At the beginning of the seventh century, at the time of Bishop Leontios of Madaba, and the abbot Theodore, the chapel of the Theotocos, or Mother of God, was added on the southern wall covering two rooms of the monastery.

At the southern end of the southern nave of the basilica, was added a kind of altar or platform, possibly a memorial to remind pilgrims of the prophet Moses in whose honour the church had originally been built.

A team of architects is planning the restoration of the basilica to replace the temporary shelter built in 1963. The study of the project has been funded by the Italian Ministry of Foreign Affairs and by the Custody of Terra Santa. The restoration of the Memorial of Moses, venerated by Christians, Muslims and Jews, will become a symbol of the new period of peace which the region is living. The message of peace and reconciliation stressed by the stone monument 5.50 m high erected at the entrance of the sanctuary on the occasion of the opening of the 2000 Holy Year.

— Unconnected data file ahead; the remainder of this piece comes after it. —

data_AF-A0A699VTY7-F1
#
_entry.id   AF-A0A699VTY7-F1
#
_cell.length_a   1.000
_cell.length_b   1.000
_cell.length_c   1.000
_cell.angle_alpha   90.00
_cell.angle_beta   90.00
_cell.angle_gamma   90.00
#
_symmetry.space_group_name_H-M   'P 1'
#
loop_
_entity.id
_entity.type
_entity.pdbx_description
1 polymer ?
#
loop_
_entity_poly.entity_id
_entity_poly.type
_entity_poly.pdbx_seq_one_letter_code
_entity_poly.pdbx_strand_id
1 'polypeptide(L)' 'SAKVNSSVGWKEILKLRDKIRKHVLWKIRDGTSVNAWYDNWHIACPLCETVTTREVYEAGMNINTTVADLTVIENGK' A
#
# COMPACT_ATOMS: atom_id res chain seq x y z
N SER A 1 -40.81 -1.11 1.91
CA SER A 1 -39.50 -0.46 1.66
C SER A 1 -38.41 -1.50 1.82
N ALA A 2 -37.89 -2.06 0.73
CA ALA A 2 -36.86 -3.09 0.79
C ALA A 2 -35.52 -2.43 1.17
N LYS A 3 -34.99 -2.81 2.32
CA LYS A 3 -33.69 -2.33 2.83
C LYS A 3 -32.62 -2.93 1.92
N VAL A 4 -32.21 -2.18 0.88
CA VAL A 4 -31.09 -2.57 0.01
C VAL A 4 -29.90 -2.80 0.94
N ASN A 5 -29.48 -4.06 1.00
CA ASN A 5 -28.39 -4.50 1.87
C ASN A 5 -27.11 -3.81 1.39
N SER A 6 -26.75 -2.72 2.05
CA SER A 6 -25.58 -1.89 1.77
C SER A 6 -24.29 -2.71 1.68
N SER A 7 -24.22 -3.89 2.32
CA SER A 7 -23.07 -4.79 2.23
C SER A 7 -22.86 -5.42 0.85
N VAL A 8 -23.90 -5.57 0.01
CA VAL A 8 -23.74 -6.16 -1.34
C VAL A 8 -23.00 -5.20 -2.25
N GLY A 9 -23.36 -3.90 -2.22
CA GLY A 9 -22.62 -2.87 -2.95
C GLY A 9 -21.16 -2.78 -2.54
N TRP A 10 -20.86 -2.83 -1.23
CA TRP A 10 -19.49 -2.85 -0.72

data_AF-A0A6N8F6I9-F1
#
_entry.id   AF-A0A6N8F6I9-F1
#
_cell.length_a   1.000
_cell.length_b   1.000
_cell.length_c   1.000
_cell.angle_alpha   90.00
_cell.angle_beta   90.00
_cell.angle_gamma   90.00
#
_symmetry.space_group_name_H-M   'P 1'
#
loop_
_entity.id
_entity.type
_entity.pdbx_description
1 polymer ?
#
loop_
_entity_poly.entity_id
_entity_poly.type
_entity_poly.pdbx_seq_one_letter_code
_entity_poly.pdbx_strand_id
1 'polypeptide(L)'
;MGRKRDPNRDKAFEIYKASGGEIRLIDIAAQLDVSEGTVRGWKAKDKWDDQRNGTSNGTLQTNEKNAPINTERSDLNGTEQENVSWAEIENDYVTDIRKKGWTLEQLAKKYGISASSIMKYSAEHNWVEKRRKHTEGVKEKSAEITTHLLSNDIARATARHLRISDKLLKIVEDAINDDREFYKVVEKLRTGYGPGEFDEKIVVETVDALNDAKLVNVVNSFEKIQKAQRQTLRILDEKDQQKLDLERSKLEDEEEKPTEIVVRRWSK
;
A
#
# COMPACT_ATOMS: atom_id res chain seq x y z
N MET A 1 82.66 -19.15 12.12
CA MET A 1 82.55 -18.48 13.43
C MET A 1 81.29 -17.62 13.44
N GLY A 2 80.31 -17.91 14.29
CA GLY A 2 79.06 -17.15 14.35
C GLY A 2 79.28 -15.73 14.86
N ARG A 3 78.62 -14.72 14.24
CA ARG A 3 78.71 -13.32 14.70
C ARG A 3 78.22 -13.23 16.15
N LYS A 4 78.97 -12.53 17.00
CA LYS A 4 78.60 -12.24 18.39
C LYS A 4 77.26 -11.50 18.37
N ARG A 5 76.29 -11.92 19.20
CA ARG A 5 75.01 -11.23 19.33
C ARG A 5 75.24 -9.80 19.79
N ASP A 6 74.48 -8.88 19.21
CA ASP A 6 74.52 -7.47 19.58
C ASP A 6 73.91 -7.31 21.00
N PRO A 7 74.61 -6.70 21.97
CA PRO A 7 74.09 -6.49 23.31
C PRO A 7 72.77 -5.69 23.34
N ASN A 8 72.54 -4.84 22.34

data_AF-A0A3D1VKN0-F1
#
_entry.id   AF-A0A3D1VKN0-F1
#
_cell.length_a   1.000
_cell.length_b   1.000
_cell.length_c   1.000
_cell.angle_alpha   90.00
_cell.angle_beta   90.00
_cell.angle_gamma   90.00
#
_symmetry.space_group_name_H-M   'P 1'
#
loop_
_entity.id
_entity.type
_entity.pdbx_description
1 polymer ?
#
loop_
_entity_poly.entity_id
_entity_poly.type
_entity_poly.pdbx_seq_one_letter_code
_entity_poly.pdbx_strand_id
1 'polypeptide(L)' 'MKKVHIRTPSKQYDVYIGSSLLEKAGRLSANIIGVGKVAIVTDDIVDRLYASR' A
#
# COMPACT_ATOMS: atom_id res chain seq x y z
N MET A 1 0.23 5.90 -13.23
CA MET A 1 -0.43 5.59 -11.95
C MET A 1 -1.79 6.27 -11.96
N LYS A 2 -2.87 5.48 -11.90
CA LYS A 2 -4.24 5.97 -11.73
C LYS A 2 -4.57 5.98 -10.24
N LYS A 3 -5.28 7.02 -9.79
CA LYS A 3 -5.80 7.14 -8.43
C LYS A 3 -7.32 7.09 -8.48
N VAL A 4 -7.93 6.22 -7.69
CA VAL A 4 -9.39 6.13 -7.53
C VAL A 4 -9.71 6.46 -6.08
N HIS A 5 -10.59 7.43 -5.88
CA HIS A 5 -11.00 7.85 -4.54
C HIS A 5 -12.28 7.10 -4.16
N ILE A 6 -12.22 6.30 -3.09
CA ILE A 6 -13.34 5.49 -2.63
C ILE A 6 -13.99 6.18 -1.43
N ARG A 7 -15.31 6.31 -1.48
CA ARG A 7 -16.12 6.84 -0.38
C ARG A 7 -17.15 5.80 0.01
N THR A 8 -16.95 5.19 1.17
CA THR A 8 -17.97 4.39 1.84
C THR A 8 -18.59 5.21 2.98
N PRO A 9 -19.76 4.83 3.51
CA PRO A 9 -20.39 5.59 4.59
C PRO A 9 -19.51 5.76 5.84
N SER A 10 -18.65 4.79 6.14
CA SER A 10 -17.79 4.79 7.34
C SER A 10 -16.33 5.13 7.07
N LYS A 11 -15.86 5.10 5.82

While the sanctuary was undergoing its various stages of architectural development, the adjacent monastery gradually expanded. Dayr Siyagha reached its maximum extension during the VIth century. The archaeological research extended to the ecclesiastical edifices in the valleys around Mount Nebo, has already given the historical conclusion that the abbott of the main monastery had jurisdiction also over the monks living in the valleys near the water springs where the monastery might have had its orchards and vegetables gardens. The monastery was completely abandoned possibly in the ninth century A.D.

A place of cure both for the souls and for the bodies

"All the inhabitants of that region together hurriedly brought building material. This temple was built in the name of the great Prophet and Lawgiver, and he proclaims publicly to every man, and so that no doubt is possible, his goodness and power by means of signs and wonders and cures, which since that time have occurred at this place without interruption.

For it is a place of cure both for the souls and for the bodies, and a place of refuge for all those, who come here from all places and are afflicted in soul and affected with many kinds of sufferings of the body"

from"The Life of Peter the Iberian" by John Rufus (Vth Cent. A.D.)

Michele Piccirillo
(Studium Biblicum Franciscanum)

Created / Updated Monday, March 06, 2000 at 11:45:35